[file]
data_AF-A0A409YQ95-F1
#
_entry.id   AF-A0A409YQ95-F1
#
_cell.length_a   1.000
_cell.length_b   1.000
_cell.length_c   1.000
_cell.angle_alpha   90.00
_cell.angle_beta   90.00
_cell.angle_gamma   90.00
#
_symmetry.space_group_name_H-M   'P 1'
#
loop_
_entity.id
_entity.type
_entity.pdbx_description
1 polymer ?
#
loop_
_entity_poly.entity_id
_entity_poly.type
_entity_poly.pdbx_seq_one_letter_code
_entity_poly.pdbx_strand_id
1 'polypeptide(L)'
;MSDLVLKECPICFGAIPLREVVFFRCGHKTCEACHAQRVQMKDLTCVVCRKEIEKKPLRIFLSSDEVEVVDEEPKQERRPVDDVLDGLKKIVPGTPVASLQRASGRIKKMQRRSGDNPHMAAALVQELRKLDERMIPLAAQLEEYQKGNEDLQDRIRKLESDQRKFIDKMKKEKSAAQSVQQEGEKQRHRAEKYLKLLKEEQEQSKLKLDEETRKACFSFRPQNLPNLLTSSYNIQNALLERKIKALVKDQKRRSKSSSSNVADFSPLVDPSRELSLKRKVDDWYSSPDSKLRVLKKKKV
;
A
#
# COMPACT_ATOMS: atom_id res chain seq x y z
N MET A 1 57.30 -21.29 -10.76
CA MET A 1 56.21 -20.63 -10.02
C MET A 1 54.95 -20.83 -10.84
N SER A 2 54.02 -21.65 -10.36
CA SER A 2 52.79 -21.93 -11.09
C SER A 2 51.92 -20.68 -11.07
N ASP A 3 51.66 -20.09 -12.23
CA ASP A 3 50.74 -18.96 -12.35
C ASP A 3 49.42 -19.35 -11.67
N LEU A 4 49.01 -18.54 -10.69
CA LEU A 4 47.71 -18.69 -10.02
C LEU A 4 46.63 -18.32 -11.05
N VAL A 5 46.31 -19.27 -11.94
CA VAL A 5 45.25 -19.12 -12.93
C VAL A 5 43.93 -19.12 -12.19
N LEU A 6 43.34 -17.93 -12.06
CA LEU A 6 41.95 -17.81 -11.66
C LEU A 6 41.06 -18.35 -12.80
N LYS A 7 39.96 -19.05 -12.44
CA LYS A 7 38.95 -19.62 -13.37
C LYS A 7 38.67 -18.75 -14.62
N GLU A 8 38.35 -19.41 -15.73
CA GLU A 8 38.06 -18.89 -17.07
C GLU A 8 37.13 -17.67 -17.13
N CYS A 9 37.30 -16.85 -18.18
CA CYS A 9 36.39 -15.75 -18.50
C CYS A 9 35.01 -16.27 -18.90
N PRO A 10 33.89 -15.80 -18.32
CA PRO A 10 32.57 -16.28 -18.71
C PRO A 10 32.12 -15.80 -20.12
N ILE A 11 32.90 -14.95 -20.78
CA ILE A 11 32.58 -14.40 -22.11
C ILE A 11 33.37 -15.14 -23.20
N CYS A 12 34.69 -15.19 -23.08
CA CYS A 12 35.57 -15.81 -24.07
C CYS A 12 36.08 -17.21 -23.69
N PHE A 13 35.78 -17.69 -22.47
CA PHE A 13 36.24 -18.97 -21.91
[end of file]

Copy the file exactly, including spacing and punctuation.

data_AF-A0A409YQ95-F1
#
_entry.id   AF-A0A409YQ95-F1
#
_cell.length_a   1.000
_cell.length_b   1.000
_cell.length_c   1.000
_cell.angle_alpha   90.00
_cell.angle_beta   90.00
_cell.angle_gamma   90.00
#
_symmetry.space_group_name_H-M   'P 1'
#
loop_
_entity.id
_entity.type
_entity.pdbx_description
1 polymer ?
#
loop_
_entity_poly.entity_id
_entity_poly.type
_entity_poly.pdbx_seq_one_letter_code
_entity_poly.pdbx_strand_id
1 'polypeptide(L)'
;MSDLVLKECPICFGAIPLREVVFFRCGHKTCEACHAQRVQMKDLTCVVCRKEIEKKPLRIFLSSDEVEVVDEEPKQERRPVDDVLDGLKKIVPGTPVASLQRASGRIKKMQRRSGDNPHMAAALVQELRKLDERMIPLAAQLEEYQKGNEDLQDRIRKLESDQRKFIDKMKKEKSAAQSVQQEGEKQRHRAEKYLKLLKEEQEQSKLKLDEETRKACFSFRPQNLPNLLTSSYNIQNALLERKIKALVKDQKRRSKSSSSNVADFSPLVDPSRELSLKRKVDDWYSSPDSKLRVLKKKKV
;
A
#
# COMPACT_ATOMS: atom_id res chain seq x y z
N MET A 1 57.30 -21.29 -10.76
CA MET A 1 56.21 -20.63 -10.02
C MET A 1 54.95 -20.83 -10.84
N SER A 2 54.02 -21.65 -10.36
CA SER A 2 52.79 -21.93 -11.09
C SER A 2 51.92 -20.68 -11.07
N ASP A 3 51.66 -20.09 -12.23
CA ASP A 3 50.74 -18.96 -12.35
C ASP A 3 49.42 -19.35 -11.67
N LEU A 4 49.01 -18.54 -10.69
CA LEU A 4 47.71 -18.69 -10.02
C LEU A 4 46.63 -18.32 -11.05
N VAL A 5 46.31 -19.27 -11.94
CA VAL A 5 45.25 -19.12 -12.93
C VAL A 5 43.93 -19.12 -12.19
N LEU A 6 43.34 -17.93 -12.06
CA LEU A 6 41.95 -17.81 -11.66
C LEU A 6 41.06 -18.35 -12.80
N LYS A 7 39.96 -19.05 -12.44
CA LYS A 7 38.95 -19.62 -13.37
C LYS A 7 38.67 -18.75 -14.62
N GLU A 8 38.35 -19.41 -15.73
CA GLU A 8 38.06 -18.89 -17.07
C GLU A 8 37.13 -17.67 -17.13
N CYS A 9 37.30 -16.85 -18.18
CA CYS A 9 36.39 -15.75 -18.50
C CYS A 9 35.01 -16.27 -18.90
N PRO A 10 33.89 -15.80 -18.32
CA PRO A 10 32.57 -16.28 -18.71
C PRO A 10 32.12 -15.80 -20.12
N ILE A 11 32.90 -14.95 -20.78
CA ILE A 11 32.58 -14.40 -22.11
C ILE A 11 33.37 -15.14 -23.20
N CYS A 12 34.69 -15.19 -23.08
CA CYS A 12 35.57 -15.81 -24.07
C CYS A 12 36.08 -17.21 -23.69
N PHE A 13 35.78 -17.69 -22.47
CA PHE A 13 36.24 -18.97 -21.91